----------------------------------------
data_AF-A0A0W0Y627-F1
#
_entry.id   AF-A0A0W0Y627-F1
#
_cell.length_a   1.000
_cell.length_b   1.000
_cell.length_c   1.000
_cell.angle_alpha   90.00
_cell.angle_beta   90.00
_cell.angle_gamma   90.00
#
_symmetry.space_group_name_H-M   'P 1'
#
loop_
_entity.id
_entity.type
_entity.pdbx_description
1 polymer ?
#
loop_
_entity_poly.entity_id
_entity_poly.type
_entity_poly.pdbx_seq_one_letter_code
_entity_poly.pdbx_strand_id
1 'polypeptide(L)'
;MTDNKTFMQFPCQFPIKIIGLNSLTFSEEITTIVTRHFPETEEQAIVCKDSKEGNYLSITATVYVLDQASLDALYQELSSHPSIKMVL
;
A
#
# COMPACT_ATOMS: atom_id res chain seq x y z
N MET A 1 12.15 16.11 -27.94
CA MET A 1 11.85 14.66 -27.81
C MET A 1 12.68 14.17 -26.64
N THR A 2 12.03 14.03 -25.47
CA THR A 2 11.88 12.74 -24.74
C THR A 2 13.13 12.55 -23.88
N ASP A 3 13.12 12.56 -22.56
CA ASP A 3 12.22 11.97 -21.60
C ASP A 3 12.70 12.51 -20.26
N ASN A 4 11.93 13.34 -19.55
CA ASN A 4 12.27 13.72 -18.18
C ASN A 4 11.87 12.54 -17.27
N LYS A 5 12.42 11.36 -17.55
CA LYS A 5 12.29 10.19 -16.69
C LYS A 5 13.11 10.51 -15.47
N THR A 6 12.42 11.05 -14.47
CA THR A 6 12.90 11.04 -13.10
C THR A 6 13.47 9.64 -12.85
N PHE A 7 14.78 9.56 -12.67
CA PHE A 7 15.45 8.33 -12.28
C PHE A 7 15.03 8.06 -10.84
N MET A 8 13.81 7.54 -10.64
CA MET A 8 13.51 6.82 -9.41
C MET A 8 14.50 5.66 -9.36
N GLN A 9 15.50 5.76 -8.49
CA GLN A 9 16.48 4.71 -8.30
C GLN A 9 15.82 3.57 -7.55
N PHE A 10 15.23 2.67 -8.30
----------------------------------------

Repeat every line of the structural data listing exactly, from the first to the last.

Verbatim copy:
data_AF-A0A0W0Y627-F1
#
_entry.id   AF-A0A0W0Y627-F1
#
_cell.length_a   1.000
_cell.length_b   1.000
_cell.length_c   1.000
_cell.angle_alpha   90.00
_cell.angle_beta   90.00
_cell.angle_gamma   90.00
#
_symmetry.space_group_name_H-M   'P 1'
#
loop_
_entity.id
_entity.type
_entity.pdbx_description
1 polymer ?
#
loop_
_entity_poly.entity_id
_entity_poly.type
_entity_poly.pdbx_seq_one_letter_code
_entity_poly.pdbx_strand_id
1 'polypeptide(L)'
;MTDNKTFMQFPCQFPIKIIGLNSLTFSEEITTIVTRHFPETEEQAIVCKDSKEGNYLSITATVYVLDQASLDALYQELSSHPSIKMVL
;
A
#
# COMPACT_ATOMS: atom_id res chain seq x y z
N MET A 1 12.15 16.11 -27.94
CA MET A 1 11.85 14.66 -27.81
C MET A 1 12.68 14.17 -26.64
N THR A 2 12.03 14.03 -25.47
CA THR A 2 11.88 12.74 -24.74
C THR A 2 13.13 12.55 -23.88
N ASP A 3 13.12 12.56 -22.56
CA ASP A 3 12.22 11.97 -21.60
C ASP A 3 12.70 12.51 -20.26
N ASN A 4 11.93 13.34 -19.55
CA ASN A 4 12.27 13.72 -18.18
C ASN A 4 11.87 12.54 -17.27
N LYS A 5 12.42 11.36 -17.55
CA LYS A 5 12.29 10.19 -16.69
C LYS A 5 13.11 10.51 -15.47
N THR A 6 12.42 11.05 -14.47
CA THR A 6 12.90 11.04 -13.10
C THR A 6 13.47 9.64 -12.85
N PHE A 7 14.78 9.56 -12.67
CA PHE A 7 15.45 8.33 -12.28
C PHE A 7 15.03 8.06 -10.84
N MET A 8 13.81 7.54 -10.64
CA MET A 8 13.51 6.82 -9.41
C MET A 8 14.50 5.66 -9.36
N GLN A 9 15.50 5.76 -8.49
CA GLN A 9 16.48 4.71 -8.30
C GLN A 9 15.82 3.57 -7.55
N PHE A 10 15.23 2.67 -8.30